At least, this is what “Ed” suggested recently in an anonymous note to Fraseropolis.  Whether Ed is real or not, the idea that the North Shore of the Burrard Inlet has reached capacity recurs in debates over the pace of development in the Central and Lower Lonsdale communities. “There’s no room for more people on the North Shore: the bridges are already jammed!” Continue reading

Bringing the world to North Van’s waterfront

The Lower Lonsdale waterfront. The restored yellow crane is decorative.

The Lower Lonsdale waterfront. The restored yellow crane is decorative.

Lower Lonsdale in North Vancouver presents a big-city feel, looking across at downtown Vancouver across the Burrard Inlet. It deserves high marks as an urban village and is worth a visit from other parts of the region. Continue reading

Ambleside: “Living here is like being on vacation”

Ambleside waterfront reducedWe parked on Fulton Avenue, at the top of the functioning Ambleside village, and  walked down towards the high street. We met a man carrying two small bags of groceries; he said he had lived in a nearby condo apartment for more than 20 years and loved the village, the services, the scenic waterfront, all of them close together. “Living here is like being on vacation,” he said. With slight drawbacks:  it’s rainier than the big city, and it’s hard to plan for shows or meetings in Vancouver because of the unreliability of the three-lane Lions Gate Bridge.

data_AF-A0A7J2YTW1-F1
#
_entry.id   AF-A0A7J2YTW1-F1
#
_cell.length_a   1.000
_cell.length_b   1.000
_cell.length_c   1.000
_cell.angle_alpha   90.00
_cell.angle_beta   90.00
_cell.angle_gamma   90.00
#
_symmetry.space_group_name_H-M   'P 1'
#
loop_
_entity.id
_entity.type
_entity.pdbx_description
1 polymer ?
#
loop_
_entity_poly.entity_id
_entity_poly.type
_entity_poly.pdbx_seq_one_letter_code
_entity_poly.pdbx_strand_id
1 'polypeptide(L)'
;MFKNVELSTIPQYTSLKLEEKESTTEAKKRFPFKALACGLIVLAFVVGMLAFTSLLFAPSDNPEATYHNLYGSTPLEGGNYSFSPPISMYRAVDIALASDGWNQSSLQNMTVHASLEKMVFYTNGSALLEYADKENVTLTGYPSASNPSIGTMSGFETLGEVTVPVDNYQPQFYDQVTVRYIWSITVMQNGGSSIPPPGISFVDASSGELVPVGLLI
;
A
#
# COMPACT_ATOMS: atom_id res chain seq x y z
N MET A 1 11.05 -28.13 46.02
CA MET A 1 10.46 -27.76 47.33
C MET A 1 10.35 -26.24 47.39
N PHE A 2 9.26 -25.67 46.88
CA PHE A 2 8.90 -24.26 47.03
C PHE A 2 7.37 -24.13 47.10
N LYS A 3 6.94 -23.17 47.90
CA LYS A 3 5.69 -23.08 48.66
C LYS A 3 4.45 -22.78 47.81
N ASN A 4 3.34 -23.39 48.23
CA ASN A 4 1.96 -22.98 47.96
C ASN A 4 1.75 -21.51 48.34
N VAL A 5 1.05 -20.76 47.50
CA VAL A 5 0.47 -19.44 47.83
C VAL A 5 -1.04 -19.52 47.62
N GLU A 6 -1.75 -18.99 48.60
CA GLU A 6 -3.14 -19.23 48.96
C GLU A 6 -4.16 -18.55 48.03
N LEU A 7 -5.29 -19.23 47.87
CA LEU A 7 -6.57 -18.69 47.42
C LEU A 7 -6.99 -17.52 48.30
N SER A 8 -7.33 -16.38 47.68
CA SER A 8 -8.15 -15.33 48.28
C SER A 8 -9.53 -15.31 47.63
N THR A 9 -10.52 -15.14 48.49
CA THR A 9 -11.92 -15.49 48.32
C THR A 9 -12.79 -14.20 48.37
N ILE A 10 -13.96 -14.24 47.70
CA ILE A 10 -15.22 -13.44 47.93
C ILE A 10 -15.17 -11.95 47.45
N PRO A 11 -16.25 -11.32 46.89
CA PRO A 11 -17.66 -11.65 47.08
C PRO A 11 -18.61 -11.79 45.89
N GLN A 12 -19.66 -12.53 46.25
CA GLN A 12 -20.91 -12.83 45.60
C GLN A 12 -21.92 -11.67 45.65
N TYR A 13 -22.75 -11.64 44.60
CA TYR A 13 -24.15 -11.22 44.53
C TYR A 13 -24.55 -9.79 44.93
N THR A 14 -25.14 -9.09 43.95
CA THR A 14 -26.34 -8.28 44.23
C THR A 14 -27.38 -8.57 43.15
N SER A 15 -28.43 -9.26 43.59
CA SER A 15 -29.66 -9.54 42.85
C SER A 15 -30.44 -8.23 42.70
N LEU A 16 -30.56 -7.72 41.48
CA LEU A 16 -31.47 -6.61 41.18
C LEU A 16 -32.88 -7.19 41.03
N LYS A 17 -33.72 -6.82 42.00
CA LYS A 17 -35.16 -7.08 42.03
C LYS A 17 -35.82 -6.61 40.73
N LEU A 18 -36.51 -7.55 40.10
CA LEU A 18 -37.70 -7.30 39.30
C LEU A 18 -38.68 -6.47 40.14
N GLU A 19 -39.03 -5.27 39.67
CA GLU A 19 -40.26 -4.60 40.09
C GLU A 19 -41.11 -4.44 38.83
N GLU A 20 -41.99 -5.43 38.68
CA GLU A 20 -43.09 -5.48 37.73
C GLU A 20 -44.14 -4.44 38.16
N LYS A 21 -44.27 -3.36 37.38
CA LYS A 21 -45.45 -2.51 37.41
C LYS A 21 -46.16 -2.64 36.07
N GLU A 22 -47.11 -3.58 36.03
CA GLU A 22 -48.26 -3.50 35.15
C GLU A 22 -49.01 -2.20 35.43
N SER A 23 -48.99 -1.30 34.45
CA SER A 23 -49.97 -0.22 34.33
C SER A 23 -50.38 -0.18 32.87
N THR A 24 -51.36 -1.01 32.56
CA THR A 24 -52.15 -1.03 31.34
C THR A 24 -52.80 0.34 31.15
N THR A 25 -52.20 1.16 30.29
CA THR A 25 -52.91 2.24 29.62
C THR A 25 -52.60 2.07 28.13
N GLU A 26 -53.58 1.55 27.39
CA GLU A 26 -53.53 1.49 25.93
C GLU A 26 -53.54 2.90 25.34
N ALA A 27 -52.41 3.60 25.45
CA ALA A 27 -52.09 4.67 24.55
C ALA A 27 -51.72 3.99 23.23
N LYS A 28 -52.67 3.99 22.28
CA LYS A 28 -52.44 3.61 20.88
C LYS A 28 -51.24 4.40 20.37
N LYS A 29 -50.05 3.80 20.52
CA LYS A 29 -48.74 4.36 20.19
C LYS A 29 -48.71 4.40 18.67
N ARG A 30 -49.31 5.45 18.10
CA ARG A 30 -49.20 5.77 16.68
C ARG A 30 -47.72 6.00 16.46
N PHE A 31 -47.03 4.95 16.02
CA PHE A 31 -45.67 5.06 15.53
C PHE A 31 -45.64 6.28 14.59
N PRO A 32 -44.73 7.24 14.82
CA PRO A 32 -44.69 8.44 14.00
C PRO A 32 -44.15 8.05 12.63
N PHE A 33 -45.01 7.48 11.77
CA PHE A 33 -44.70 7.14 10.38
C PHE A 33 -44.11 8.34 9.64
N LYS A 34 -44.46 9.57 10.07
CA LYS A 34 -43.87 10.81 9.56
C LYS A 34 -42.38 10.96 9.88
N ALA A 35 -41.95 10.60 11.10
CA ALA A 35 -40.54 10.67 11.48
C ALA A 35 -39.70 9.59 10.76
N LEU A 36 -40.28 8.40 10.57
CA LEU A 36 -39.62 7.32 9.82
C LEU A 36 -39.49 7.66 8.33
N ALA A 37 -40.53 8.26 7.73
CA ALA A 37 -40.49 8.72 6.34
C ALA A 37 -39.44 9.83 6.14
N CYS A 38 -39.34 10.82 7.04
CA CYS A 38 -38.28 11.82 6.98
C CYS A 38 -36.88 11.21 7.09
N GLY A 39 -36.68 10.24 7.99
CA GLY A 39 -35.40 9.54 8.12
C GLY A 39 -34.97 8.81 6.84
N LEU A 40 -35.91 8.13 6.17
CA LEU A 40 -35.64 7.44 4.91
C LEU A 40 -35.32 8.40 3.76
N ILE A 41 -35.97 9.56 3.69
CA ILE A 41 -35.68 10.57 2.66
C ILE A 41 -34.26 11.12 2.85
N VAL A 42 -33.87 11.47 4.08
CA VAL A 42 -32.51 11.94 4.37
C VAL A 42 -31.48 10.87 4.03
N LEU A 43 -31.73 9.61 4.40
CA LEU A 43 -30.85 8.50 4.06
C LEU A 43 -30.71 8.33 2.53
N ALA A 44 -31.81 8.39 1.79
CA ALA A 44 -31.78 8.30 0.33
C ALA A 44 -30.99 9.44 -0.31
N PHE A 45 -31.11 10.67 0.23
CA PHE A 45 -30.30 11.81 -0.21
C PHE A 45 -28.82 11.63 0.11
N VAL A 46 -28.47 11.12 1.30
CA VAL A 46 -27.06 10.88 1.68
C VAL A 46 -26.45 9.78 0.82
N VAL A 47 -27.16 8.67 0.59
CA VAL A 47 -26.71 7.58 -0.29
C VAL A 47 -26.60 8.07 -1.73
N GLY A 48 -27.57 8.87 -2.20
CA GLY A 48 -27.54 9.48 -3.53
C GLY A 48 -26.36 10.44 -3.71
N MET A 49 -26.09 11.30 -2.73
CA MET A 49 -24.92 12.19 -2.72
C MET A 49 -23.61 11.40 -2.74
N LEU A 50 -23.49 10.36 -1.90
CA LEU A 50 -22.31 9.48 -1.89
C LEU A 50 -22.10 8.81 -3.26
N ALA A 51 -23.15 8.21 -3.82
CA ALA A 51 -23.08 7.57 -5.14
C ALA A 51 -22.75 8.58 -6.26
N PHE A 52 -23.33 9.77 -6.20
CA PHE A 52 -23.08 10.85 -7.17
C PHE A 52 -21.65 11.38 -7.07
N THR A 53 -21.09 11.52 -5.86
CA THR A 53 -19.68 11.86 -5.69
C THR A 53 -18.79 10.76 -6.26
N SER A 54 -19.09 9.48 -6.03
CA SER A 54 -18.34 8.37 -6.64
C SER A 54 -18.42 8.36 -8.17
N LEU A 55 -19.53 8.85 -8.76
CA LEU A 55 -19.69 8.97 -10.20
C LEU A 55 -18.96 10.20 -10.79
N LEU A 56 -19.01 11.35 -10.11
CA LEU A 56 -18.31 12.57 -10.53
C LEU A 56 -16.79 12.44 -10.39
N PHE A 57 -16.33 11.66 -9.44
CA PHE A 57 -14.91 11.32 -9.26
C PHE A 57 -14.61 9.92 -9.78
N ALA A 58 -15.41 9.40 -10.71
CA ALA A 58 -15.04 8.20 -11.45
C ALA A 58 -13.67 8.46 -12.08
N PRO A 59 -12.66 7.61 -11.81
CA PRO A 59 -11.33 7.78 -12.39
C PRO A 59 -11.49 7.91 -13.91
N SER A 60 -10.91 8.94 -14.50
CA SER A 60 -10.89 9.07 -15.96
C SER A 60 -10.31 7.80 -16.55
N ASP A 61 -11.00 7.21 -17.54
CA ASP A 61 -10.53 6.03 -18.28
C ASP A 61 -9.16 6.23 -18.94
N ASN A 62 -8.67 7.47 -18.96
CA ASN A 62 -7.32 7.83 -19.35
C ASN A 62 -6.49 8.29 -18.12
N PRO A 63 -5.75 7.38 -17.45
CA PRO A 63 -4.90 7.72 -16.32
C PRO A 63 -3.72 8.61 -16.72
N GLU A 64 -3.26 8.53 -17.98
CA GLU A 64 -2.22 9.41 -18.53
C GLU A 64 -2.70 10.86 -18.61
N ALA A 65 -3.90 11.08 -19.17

Ambleside is located in the City of West Vancouver, the most affluent municipality in Canada measured by income and probably by municipal revenues per resident. For example, spending on public library operations (as reported here) is three times as high as in much of the rest of the Lower Mainland. The public services available in the village (rec centre, seniors activity centre, public space for artists) are perhaps the best in the region; commercial services such as the garden centre and the storefront hardware are rarely seen elsewhere; even the quality of the commercial architecture is a step or two above the norm. Continue reading